Sri V:  I do not know, Mama…In just the same way that the offering to God of sugar, coconut, flowers and fruits in a temple become prasaada, I suppose. 

Sri Guru: The question that I asked earlier applies to these too.

Sri V: I do not know the answer.  You only should tell. 

Sri Guru: (Goes into dhyaana for a little while and with a tranquil mind, answers in the following words). Jnaana-prasaada is certainly an inner experience.  It is the transcendent consciousness which confers internal bliss and is beyond the senses, mind and intellect. However, the mind, the eyes and the hands of a jnaani or a mahaatma who has experienced that jnaana-prasaada are also charged and energized by the rays of that transcendent light. Now if such an embodied being of Supreme consciousness touches or sees any external object, then the same Jnaana-Prasaada is transmitted into it and that object also becomes Prasaada. Partaking such a sanctified substance with love and devotion helps re-kindle the same jnaana-prasaada inside that person too.  That is why the intermediate substance is also called Prasaada.  This is the origin, background and intent behind this tradition.

(As Sri V was listening to these soothing and refreshing words of the Mahaaguru he is filled with an inexplicable sense of mental bliss, akin to the manah-prasaada mentioned above. But he persists with asking more questions to get other insightful answers on a rare topic such as this.)

Sri V: Why should only this specialized and deliciously sweet mix of rice flour, finely shredded coconut, pounded jaggery and ghee befit being called jnaana-prasaada?

Sri Guru: That mix of rice flour, ghee from cow's milk, coconut and jaggery (Brown Cane Sugar), when blended in right proportions to prepare this delectably sweet tambittu and taken as prasaada greatly helps in putting the Dhaatus (seven vital inner elements) and senses into a state of balance that is favorable to perform dhyaana (meditation). "mumukshoh maadhuryam." "saatvikaah madhura priyaah."  Madhura-Rasa, which may be understood as sweetness, is particularly dear and beneficial to those desirous of moksha (release from the cycle of birth and death) and to saatvikas (the virtuous). Many substances may produce an experience of sweetness.  But the sweetness of the Tambittu stimulates a special kind of Prasannataa (bliss) and does it quickly too.

Sri V: In that case, would it not be enough simply to consume such a preparation?  Why should we go through the tantra (a religious performance) of placing it before God, lighting a lamp in it and so on?

Sri Guru: That is not a mere tantra, a mere bodily motion.  The Deepa is lit with a divine motive to reach God.  The light that is lit represents the Light of the Paramaatman Himself.

Sri V: Why should we use only ghee to light that lamp?  And what is the need to add so much ghee into it?  Is it because ghee can make everything that much tastier to eat?

Sri Guru: That cannot be explained with such levity.  In this instance, ghee is not added just to enhance the taste experienced by the tongue.  Ghee, no doubt, promotes health, longevity and vitality. Ghee made from cow's milk not only nourishes the body, but also provides sustenance for the Atman (the soul). Further, it is important to use a wick of appropriate size in the Tambittu vessel filled with ghee and then light the Lamp. Then, if one gazes intently for a while at the soft and gentle flames of such a Deepa the very sight and aroma from this divine flame will induce the Dhaatus and mind into a state of tranquility. Subsequently rasa (mood) induced by consuming this prasaada leads one to the Paramaatma-Rasa.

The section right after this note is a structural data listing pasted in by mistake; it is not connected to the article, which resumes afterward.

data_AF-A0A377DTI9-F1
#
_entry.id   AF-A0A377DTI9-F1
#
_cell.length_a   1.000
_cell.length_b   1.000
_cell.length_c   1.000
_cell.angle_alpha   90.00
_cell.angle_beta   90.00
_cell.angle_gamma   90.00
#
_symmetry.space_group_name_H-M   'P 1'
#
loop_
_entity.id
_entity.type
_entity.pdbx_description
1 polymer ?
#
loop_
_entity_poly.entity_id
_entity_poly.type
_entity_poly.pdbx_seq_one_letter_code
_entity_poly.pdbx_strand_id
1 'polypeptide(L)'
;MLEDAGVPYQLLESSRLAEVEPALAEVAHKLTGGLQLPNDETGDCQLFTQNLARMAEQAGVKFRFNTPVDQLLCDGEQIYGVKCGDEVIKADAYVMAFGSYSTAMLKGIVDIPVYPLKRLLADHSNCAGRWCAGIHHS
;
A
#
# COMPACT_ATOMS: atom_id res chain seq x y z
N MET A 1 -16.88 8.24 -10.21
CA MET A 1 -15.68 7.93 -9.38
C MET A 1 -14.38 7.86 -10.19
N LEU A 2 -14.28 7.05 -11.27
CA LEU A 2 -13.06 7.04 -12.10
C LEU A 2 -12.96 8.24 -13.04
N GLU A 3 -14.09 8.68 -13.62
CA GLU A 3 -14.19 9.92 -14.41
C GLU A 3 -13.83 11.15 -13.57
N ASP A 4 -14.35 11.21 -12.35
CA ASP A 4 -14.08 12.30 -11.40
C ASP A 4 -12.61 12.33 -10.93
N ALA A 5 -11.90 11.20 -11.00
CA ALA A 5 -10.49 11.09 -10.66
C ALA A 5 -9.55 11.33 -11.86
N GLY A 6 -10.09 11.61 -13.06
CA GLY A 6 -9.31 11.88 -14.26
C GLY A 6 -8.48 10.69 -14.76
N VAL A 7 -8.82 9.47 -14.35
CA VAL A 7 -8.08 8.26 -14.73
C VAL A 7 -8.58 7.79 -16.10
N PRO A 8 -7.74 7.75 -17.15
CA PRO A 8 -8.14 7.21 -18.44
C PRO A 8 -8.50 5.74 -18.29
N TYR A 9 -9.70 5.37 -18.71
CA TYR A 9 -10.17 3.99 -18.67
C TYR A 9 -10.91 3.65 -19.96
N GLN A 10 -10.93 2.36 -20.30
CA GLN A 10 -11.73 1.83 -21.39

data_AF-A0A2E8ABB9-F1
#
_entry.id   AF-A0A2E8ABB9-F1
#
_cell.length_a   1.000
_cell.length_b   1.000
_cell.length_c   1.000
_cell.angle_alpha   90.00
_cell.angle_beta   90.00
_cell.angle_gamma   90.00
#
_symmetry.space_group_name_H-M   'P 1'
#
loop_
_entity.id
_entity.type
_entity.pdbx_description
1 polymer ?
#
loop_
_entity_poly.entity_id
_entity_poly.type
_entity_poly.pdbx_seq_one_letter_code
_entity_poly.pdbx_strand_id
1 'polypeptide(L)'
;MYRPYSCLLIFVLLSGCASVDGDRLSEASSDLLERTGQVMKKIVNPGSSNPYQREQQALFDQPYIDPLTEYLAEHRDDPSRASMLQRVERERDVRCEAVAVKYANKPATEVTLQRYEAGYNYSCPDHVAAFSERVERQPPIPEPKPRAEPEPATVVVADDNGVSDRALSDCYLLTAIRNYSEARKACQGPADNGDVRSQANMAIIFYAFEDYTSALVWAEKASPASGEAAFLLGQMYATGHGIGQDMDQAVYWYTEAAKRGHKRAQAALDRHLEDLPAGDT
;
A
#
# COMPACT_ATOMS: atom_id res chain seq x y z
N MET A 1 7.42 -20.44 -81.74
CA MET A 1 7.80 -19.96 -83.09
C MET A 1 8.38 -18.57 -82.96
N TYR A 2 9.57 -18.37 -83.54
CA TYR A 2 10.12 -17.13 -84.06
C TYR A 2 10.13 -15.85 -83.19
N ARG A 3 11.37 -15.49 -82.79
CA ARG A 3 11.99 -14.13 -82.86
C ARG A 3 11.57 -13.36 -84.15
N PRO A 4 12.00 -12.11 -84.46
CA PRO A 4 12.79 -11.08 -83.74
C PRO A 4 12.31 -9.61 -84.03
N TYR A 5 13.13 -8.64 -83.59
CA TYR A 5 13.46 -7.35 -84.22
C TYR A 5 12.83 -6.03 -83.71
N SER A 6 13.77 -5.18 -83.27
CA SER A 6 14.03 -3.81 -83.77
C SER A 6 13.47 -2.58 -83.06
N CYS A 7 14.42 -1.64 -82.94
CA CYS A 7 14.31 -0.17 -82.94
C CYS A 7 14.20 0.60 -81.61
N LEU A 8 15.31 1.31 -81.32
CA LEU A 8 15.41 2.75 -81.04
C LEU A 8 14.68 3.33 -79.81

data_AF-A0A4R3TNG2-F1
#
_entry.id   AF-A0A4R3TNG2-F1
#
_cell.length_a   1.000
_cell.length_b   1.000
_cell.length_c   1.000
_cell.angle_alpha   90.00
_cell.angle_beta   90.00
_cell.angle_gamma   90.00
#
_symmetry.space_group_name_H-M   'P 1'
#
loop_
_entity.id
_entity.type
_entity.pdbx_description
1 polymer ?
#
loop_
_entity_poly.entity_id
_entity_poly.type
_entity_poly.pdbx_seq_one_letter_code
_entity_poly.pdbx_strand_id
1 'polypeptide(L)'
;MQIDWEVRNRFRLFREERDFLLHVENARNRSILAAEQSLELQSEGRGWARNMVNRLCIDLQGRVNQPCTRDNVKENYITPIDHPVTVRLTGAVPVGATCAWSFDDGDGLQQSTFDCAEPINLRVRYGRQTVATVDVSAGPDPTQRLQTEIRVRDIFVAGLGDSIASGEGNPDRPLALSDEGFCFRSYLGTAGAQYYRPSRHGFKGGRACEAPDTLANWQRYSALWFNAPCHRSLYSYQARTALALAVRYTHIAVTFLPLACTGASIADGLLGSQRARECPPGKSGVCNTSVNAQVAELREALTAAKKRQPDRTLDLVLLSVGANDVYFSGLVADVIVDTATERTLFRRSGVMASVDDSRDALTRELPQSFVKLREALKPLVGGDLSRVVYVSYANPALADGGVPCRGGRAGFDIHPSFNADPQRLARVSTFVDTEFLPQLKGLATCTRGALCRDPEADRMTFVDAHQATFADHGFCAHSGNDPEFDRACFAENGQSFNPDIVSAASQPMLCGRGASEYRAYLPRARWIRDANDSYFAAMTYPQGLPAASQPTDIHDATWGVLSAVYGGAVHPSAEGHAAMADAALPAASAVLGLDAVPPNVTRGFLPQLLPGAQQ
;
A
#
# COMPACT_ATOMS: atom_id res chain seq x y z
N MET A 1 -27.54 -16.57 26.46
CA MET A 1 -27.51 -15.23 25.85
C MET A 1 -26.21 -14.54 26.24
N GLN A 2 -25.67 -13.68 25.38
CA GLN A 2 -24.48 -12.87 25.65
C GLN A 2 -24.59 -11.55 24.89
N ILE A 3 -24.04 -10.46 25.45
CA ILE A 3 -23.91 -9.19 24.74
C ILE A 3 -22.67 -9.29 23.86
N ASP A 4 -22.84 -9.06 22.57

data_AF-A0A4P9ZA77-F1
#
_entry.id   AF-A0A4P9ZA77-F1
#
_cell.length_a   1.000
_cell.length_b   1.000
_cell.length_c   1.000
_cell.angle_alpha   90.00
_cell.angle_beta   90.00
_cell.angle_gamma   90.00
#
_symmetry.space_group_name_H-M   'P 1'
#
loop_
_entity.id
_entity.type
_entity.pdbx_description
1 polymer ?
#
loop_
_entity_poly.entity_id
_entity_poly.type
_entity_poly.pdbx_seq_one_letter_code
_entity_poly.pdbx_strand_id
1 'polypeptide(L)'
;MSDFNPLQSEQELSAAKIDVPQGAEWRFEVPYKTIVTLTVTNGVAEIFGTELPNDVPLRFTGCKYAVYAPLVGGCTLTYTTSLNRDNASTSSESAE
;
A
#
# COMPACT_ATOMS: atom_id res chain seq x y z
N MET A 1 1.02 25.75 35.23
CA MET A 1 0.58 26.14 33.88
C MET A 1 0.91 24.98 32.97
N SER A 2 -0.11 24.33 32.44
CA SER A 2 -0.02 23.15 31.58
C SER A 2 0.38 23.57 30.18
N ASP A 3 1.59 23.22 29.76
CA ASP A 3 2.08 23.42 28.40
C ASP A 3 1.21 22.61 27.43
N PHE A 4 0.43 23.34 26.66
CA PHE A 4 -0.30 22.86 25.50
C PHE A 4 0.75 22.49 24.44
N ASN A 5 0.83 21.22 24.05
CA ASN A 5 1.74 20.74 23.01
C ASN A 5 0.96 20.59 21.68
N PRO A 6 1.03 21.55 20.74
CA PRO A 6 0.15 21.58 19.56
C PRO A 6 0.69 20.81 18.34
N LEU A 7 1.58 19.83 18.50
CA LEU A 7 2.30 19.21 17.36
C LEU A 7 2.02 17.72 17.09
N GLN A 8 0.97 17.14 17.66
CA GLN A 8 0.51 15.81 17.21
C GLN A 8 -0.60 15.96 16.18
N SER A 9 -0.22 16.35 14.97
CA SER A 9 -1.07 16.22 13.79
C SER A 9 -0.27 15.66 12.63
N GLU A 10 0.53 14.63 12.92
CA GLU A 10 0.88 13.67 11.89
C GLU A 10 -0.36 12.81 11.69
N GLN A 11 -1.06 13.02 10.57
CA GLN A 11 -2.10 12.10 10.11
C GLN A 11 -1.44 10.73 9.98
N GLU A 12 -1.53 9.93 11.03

Sri V: Why are two circular hollow cavities made in those two mounds?

Sri Guru: Those two mounds represent the two halves of the brain.  The right side of the brain is Purusha (the male principle), and the left side of the brain is Prakrti (the female principle).  The lamp is lit only on the right side which symbolizes Purusha.

Sri V: What is the reason behind shaping the mounds to represent the brain and then to light the lamp?

Sri Guru: When a person with proper samskaara (subtle impressions and predilections accumulated in mind due to past experiences) gazes on the gentle and steady flame contained in a receptacle resembling the shape of the brain, then the mind can reconnect to the original Paramaatma-jyoti (the light of Paramaatman) glowing in the brain.  With the aid of this lamp, if a person is able to obtain that spiritual experience, there is no doubt that one’s deepest longing gets fulfilled.  Because the lamp represents Paramaatman, its darshana (sight) will leave favorable samskaaras in the minds of other people too. 

Sri V: My grandmother says that the use of moist rice powder is superior to dry rice flour in the preparation of this Tambittu. How is this? Is not the end product the same whatever the method?  Why go through the more laborious and tiresome process of pounding the soaked rice?

Sri Guru: Physical strain is not the consideration here. When the tambittu is made, with the right proportion of wet rice, shredded coconut and jaggery bits, and pounded and blended together it acquires a special hue. It is important that right amount of jaggery is added. Then, the resulting color which emerges will resemble the color of the human brain. Tambittu made from dry rice flour does not yield such a color. Hence the darshana of the tambittu made of pounded ingredients has a greater impact.

Sri V: Why is this Vrata only observed on Saturdays of the months of Shraavana or Bhaadrapada?        

Sri Guru: This vrata is dedicated to Lord Vishnu. Just like the month of Kaartika and the Mondays of that month are special for the worship of Lord Shiva, Saturdays in general, and particularly those in the months of Shraavana and Bhaadrapada are favorable for the worship of Lord Vishnu.  Hence these days, and these months are propitious for worship of Lord Vishnu. 

[Sri Mahaaguru’s illuminating exposition, transcendental presence, and radiant eyes   filled Sri V with unspeakable contentment and bliss. He looked at the Mahaguru steadily filled with a deep sense of gratitude. Gladdened by the intent and mood in Sri V’s looks Mahaaguru uttered: "Now give me the Tiru-Vilakku Maavu you have brought.  It is now imbued with a special Rasa." Sriranga Mahaaguru accepted the tambittu, and Sri V prostrated to him again and returned home.]